Photo G Luo

Defended by Guotian LUO on 24-09-2021

Thesis director: Hervé PETITE


Mesenchymal stem cells (MSCs), also known as multipotent stromal cells, are promising candidates for tissue engineering applications. However, mounting evidence indicates that their therapeutic efficacy has fallen short of their initial promise and hype due to observed poor MSC survival and engraftment post-implantation. The hostile ischemic microenvironment, primarily characterized by oxygen and nutrient deprivation, is responsible for the rapid and massive death of MSCs post-implantation. Previously published research from the B3OA lab established that the absence of glucose (but not oxygen) is responsible for MSC death. The central hypothesis of this thesis is that glucose metabolism, a critical regulator of stem cell activity, enables MSCs to improve their survival and functional properties after transplantation, thereby increasing their therapeutic efficacy.
As a first step toward engineering a glucose-supplying construct, we propose investigating whether and how glucose affects the MSCs-mediated angiogenesis and then to developing an enzyme-controlled, nutritive hydrogel with an inbuilt system of glucose delivery to enhance MSC survival and functionalities post-implantation.

To accomplish our first objective, we discovered that supernatant conditioned media (CM) derived from human MSCs (hMSCs) cultured in the presence of glucose under near anoxia (0.1% O2) exhibited significantly greater angiogenic potential than CM derived from hMSCs cultured in the absence of glucose. Additionally, compared to hMSCs cultured in the presence of glucose under near-anoxia, hMSCs cultured in the absence of glucose exhibited a higher level of endoplasmic reticulum (ER) stress as evidenced by decreased nascent protein biosynthesis, and increased PERK pathway activity. Most importantly, when hMSC-containing hydrogels were implanted with glucose, the volume of newly formed blood vessels increased significantly compared to hMSC-containing hydrogels without glucose.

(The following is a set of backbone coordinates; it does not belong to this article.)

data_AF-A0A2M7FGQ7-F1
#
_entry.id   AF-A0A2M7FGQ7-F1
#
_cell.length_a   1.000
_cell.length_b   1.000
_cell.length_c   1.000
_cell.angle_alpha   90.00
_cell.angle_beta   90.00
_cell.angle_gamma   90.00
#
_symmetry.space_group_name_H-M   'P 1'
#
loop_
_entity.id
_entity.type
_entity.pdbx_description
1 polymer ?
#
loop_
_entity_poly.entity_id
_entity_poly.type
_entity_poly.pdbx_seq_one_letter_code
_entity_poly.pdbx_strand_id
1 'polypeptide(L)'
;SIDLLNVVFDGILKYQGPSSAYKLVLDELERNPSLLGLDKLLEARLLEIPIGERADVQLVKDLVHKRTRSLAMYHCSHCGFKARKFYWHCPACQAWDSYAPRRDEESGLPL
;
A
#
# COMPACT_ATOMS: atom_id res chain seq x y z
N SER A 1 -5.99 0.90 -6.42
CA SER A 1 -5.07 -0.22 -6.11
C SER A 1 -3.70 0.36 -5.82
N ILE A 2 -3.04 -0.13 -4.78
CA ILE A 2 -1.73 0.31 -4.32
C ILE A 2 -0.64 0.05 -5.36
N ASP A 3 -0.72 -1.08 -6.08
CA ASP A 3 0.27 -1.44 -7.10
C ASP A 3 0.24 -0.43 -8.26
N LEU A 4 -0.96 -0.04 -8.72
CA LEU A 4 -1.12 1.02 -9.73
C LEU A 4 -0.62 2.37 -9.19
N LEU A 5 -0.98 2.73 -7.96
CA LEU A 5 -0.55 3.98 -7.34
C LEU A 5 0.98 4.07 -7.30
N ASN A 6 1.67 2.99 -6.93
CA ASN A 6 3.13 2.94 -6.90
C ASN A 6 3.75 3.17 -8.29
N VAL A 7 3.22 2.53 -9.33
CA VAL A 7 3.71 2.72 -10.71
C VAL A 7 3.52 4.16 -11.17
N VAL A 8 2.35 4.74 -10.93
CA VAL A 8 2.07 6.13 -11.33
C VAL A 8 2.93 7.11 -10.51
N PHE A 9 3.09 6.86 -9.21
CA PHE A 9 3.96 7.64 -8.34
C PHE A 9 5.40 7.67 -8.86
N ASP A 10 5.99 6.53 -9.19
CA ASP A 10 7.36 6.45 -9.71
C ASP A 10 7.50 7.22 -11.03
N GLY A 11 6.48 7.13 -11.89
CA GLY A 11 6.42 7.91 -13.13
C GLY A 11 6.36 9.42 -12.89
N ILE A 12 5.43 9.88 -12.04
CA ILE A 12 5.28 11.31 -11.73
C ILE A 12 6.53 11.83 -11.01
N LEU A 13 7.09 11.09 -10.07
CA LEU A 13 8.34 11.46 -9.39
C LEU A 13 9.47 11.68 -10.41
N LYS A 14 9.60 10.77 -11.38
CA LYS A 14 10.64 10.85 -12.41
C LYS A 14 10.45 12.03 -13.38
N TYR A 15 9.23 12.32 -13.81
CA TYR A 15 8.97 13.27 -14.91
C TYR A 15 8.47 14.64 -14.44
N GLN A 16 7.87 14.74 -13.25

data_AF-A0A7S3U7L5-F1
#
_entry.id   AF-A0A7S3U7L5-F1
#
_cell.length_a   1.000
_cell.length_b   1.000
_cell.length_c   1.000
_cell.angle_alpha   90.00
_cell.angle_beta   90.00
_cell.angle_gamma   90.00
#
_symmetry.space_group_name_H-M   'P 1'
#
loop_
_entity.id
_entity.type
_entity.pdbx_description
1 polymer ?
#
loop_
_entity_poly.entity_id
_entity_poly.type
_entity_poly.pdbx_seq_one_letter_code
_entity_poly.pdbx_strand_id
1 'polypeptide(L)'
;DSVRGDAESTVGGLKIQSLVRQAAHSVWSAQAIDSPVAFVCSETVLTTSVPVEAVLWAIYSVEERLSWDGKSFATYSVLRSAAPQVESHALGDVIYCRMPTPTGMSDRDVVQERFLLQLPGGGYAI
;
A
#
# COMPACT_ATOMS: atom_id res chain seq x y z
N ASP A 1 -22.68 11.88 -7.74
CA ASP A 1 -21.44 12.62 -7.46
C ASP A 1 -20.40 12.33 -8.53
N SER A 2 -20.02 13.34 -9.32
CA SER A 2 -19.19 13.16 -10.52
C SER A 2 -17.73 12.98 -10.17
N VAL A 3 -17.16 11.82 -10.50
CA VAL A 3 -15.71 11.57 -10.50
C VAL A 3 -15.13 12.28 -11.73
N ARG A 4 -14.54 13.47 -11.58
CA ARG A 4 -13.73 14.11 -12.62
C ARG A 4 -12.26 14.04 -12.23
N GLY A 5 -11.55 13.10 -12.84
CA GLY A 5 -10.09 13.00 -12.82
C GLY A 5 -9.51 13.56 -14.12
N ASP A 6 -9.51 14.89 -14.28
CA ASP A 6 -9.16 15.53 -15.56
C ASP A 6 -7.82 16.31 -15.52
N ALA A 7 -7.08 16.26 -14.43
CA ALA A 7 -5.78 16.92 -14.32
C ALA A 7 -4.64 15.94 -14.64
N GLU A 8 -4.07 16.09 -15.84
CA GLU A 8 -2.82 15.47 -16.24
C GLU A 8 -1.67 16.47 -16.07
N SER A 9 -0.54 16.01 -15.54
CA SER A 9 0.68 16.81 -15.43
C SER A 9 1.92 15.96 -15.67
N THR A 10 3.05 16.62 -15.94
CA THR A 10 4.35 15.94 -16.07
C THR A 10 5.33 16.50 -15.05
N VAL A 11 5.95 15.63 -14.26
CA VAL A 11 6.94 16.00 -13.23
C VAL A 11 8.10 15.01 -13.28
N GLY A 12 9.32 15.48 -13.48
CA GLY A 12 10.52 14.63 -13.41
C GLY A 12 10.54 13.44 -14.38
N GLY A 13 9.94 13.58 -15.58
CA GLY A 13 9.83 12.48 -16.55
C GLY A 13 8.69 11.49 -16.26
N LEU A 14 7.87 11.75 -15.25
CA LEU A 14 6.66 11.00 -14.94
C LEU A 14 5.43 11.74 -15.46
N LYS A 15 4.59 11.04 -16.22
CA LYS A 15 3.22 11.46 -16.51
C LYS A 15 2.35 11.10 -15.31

To accomplish our second objective, we developed a novel fibrin hydrogel composed of starch (a glucose polymer) and amyloglucosidase (AMG, an enzyme that degrades starch) to supply physiological levels of glucose to MSCs via glycolysis. Up to 14 days in vitro, hMSCs loaded in this novel starch/AMG hydrogel demonstrated improved cell survival and paracrine functions. Additionally, this novel nutritive hydrogel enhanced survival and angio-induction of MSCs when subcutaneously implanted in nude mice. However, the long-term sustainability of glucose production within the hydrogel and the complete resorption of this novel nutritive hydrogel require additional investigation.

Taken together, our findings demonstrate the beneficial effects of exogenous glucose on enhancing hMSCs-mediated angiogenesis and regulating hMSC ER stress under near-anoxia, as well as establishing proof of concept that a novel inbuilt glucose delivery system improves MSC survival and angio-induction post-implantation. These findings motivate the field to pursue a glucose-supply strategy to increase the therapeutic efficacy of MSC-mediated tissue engineering.

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